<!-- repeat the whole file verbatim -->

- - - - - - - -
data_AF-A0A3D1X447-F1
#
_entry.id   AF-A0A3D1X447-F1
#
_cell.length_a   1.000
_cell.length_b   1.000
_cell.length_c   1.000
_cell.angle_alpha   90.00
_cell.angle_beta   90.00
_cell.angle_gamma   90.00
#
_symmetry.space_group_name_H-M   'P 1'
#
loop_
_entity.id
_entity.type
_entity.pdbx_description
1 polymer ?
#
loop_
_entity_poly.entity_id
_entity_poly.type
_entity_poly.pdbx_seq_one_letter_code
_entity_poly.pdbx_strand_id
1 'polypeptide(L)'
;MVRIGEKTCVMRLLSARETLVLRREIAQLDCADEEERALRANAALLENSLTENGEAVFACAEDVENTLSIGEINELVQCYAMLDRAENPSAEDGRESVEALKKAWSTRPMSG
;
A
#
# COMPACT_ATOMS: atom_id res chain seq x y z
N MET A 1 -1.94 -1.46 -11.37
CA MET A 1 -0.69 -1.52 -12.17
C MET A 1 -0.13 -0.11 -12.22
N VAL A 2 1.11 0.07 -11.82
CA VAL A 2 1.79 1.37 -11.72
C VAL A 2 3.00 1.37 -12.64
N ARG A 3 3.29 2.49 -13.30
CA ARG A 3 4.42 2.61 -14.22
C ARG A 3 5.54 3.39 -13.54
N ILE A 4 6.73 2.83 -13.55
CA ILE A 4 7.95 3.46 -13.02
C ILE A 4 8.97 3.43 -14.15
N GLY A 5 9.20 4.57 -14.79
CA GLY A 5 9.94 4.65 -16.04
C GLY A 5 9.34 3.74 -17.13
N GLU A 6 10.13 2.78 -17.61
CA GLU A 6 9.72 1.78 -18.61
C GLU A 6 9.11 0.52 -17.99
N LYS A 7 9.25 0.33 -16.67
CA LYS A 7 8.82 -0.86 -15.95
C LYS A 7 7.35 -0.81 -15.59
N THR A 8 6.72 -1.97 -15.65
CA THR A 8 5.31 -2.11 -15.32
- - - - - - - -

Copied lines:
data_AF-A0A3D1X447-F1
#
_entry.id   AF-A0A3D1X447-F1
#
_cell.length_a   1.000
_cell.length_b   1.000
_cell.length_c   1.000
_cell.angle_alpha   90.00
_cell.angle_beta   90.00
_cell.angle_gamma   90.00
#
_symmetry.space_group_name_H-M   'P 1'
#
loop_
_entity.id
_entity.type
_entity.pdbx_description
1 polymer ?
#
loop_
_entity_poly.entity_id
_entity_poly.type
_entity_poly.pdbx_seq_one_letter_code
_entity_poly.pdbx_strand_id
1 'polypeptide(L)'
;MVRIGEKTCVMRLLSARETLVLRREIAQLDCADEEERALRANAALLENSLTENGEAVFACAEDVENTLSIGEINELVQCYAMLDRAENPSAEDGRESVEALKKAWSTRPMSG
;
A
#
# COMPACT_ATOMS: atom_id res chain seq x y z
N MET A 1 -1.94 -1.46 -11.37
CA MET A 1 -0.69 -1.52 -12.17
C MET A 1 -0.13 -0.11 -12.22
N VAL A 2 1.11 0.07 -11.82
CA VAL A 2 1.79 1.37 -11.72
C VAL A 2 3.00 1.37 -12.64
N ARG A 3 3.29 2.49 -13.30
CA ARG A 3 4.42 2.61 -14.22
C ARG A 3 5.54 3.39 -13.54
N ILE A 4 6.73 2.83 -13.55
CA ILE A 4 7.95 3.46 -13.02
C ILE A 4 8.97 3.43 -14.15
N GLY A 5 9.20 4.57 -14.79
CA GLY A 5 9.94 4.65 -16.04
C GLY A 5 9.34 3.74 -17.13
N GLU A 6 10.13 2.78 -17.61
CA GLU A 6 9.72 1.78 -18.61
C GLU A 6 9.11 0.52 -17.99
N LYS A 7 9.25 0.33 -16.67
CA LYS A 7 8.82 -0.86 -15.95
C LYS A 7 7.35 -0.81 -15.59
N THR A 8 6.72 -1.97 -15.65
CA THR A 8 5.31 -2.11 -15.32